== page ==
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February 17, 2021Practicing Kindness With Children

It’s Random Acts of Kindness Day, and it really got us thinking here at YouHue about just how powerful kindness is.

If we can teach young people in our lives how to be kind, we can make the world a much better place.

We wholeheartedly agree with the British Psychological Society when they said “Kindness shouldn’t just be something we only think about once a year. Being kind to others, and being kind to ourselves, can be good for our psychological wellbeing all year round.”

Being kind feels good to do — it feels nice to hold a door open for a stranger. It also feels good to receive — it’s lovely when a friend buys you a cup of coffee.

So how can we cultivate more kindness in our lives?

Define kindness
Firstly, define what it means to be kind. What does it actually mean? There’s no point telling our young people to ‘be kind’, when we can’t explain it in a clear way, with a lot of examples.

You could do an exercise with them called ‘Kindness Means…’ on some post-it notes. Ask children what they think kindness means, and write it on some notes. You can even use the sticky notes to put somewhere as a reminder, like on their bedroom door or a fridge.

Did you know that being kind also has health benefits? In addition to boosting oxytocin and dopamine, being kind can also increase serotonin, a neurotransmitter that helps regulate mood.

Reframe mistakes
Kindness is about looking after yourself too. Learning to practice Kindness when we didn’t get all our answers right at the Spelling Bee test or when we came last in the relay race, really means so much to our sense of self and esteem.

Research shows that people who have greater levels of self-compassion tend to be more motivated. They still recognize where they’ve gone wrong, but rather than getting caught up in blame and judgement, they can learn from the experience and adapt and change course for the next time.

Help the child understand that in some instances, it’s okay to be sad. Mistakes don’t mean anything about their worth.

Lead by example
The best way to teach children kindness is by being kind yourself! As well as being a positive role model for kindness, you could ask children what to do in certain scenarios — if you see someone struggling, for example.

Becoming a role model for kind behavior means the child is noticing how you support others. By using compassionate language, showing caring and acts of service to others, the young people will be unconsciously absorbing all of your good deeds.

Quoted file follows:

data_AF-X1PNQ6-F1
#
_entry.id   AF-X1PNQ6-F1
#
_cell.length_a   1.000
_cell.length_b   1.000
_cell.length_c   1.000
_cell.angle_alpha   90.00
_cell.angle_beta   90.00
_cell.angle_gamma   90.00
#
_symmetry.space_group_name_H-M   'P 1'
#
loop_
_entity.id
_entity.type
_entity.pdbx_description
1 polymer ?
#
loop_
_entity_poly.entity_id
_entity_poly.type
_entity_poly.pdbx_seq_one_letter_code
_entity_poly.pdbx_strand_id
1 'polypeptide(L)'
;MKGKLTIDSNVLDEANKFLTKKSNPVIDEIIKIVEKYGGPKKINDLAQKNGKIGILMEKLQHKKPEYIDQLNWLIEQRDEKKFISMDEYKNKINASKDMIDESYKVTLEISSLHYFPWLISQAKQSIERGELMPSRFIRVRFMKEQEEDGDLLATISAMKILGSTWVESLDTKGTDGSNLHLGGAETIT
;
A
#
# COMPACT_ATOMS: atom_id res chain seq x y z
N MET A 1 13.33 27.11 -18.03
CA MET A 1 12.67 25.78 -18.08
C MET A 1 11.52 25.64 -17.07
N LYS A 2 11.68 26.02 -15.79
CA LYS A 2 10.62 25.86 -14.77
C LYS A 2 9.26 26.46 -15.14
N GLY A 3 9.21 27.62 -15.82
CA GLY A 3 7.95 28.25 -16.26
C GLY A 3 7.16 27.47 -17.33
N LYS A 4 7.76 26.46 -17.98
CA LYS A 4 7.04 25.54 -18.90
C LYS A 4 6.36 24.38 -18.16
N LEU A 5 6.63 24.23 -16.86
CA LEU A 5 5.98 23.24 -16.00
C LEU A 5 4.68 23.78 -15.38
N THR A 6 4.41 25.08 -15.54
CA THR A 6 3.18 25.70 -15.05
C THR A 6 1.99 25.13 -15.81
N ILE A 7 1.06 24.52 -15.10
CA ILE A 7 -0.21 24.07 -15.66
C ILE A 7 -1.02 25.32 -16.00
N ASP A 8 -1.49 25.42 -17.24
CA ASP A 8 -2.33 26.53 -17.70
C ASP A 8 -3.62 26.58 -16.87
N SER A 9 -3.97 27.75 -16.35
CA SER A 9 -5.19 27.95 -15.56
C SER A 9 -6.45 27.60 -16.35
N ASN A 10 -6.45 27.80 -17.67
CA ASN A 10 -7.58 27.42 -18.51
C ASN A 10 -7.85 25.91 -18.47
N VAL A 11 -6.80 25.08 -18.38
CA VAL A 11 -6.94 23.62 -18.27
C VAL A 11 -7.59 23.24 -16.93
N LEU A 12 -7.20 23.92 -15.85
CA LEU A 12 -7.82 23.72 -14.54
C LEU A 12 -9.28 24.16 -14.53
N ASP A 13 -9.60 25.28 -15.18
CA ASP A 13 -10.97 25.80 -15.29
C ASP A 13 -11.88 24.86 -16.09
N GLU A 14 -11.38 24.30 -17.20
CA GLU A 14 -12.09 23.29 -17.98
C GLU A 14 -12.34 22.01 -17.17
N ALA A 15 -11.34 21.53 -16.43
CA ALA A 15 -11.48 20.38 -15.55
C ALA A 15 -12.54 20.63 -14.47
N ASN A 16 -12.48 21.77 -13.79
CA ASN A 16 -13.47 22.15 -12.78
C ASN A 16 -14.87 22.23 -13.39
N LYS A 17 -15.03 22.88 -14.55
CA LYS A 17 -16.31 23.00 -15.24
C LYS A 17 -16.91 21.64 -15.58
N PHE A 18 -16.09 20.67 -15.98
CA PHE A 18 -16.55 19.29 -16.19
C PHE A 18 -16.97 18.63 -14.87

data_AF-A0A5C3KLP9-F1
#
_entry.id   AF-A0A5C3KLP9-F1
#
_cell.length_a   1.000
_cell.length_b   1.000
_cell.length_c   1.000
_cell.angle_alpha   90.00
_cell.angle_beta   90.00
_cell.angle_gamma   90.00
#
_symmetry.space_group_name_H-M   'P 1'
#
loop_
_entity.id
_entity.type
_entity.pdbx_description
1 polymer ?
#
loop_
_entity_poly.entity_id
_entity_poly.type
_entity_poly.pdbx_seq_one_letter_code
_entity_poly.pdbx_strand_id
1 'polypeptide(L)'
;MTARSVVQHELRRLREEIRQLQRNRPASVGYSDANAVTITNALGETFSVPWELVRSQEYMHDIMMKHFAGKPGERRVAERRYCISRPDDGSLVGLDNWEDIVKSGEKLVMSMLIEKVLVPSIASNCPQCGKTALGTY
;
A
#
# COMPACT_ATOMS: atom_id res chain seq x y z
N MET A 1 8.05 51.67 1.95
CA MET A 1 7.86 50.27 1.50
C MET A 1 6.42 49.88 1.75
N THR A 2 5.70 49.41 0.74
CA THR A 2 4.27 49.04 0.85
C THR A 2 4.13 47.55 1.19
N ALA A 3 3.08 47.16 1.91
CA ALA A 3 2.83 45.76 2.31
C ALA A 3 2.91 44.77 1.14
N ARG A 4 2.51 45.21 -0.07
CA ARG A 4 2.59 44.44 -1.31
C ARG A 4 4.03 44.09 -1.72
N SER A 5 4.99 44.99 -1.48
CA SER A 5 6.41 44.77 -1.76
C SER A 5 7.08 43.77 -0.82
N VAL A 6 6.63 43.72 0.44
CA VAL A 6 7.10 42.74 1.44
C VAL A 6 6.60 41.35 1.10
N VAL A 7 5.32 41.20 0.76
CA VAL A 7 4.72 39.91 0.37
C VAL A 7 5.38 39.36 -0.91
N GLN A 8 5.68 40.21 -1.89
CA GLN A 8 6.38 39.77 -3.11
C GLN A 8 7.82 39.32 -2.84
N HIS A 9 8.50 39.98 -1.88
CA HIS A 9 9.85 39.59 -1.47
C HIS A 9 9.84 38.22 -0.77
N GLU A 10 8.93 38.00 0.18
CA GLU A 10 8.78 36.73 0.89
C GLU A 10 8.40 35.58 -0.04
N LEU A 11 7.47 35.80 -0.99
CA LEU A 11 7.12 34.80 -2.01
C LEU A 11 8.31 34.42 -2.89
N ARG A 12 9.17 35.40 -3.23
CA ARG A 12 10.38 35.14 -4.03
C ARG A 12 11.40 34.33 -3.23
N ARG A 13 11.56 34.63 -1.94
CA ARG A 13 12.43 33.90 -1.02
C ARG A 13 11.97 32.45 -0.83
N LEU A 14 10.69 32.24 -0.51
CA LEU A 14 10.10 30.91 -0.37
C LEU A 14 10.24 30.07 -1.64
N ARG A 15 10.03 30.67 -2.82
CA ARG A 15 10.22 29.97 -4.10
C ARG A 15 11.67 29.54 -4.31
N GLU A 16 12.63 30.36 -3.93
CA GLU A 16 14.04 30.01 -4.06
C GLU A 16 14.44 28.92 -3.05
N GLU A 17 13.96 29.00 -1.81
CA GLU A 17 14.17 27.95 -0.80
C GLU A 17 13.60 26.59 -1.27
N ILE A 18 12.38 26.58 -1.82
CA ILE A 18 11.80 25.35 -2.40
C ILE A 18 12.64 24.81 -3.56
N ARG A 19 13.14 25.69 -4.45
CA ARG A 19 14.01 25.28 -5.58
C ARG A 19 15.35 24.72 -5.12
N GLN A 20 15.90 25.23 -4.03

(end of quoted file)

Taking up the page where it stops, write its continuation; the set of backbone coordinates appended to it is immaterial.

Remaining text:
Research has shown that practicing kindness has a really beneficial effect on stress levels, helping the person to mitigate any negative emotion.

Form a praise vocabulary
Why not form a praise vocabulary! Words to praise are good reminders to have around the house or classroom in order to remind us to say positive things for a job well done, or special effort made.

Phrases like ‘you got this!’ and ‘we can do it!’ will sink into the child’s vocabulary, and become part of their inner voice, as Kurtz Psychology says.

This simple act of kindness can go a long way towards young people being able to regulate their emotions and self-reflect with calmness.

Find the humor
Kindness is not taking life too seriously! Being kind is being able to laugh at life’s challenges. The next time you do something accidentally, like smash a plate, you can laugh with the child, and make a joke of wanting to be in a Greek restaurant, where plate smashing and saying ‘Opa!’ is a tradition.

Children are naturally wired to be kind. In ‘Why We Cooperate’ the author remarks “Drop something in front of a two-year-old, and she’s likely to pick it up for you”.

However, this is not a learned behavior, psychologist Michael Tomasello argues. Through observations of young children in experiments, Tomasello shows that children are naturally — and uniquely — cooperative.

Choose a kind act
Why not make an act of kindness a game? You could choose one day of the week to do Kind Acts for people. Like every Friday, you and your little ones take the time to write a ‘Kindness letter’ and leave it for someone at random, like on a park bench.

Studies show that kindness is a win-win situation for both parties. A 2018 study focused on employees at a Spanish company. Workers were asked to either a) perform acts of kindness for colleagues, or b) count the number of kind acts they received from coworkers. The results showed that those who received acts of kindness became happier, demonstrating the value of benevolence for the receiver.

However, those who delivered the acts of kindness benefited even more than the receivers. That’s because not only did they show a similar trend towards increased happiness, but they also had a boost in life and job satisfaction, as well as a decrease in depression.

Enjoy the ‘Random Acts of Kindness’ you create today, and you never know — someone out there may just be doing an act of kindness for you!

To learn more about kindness, emotional regulation and how you can help young people self-reflect on their wellbeing, visit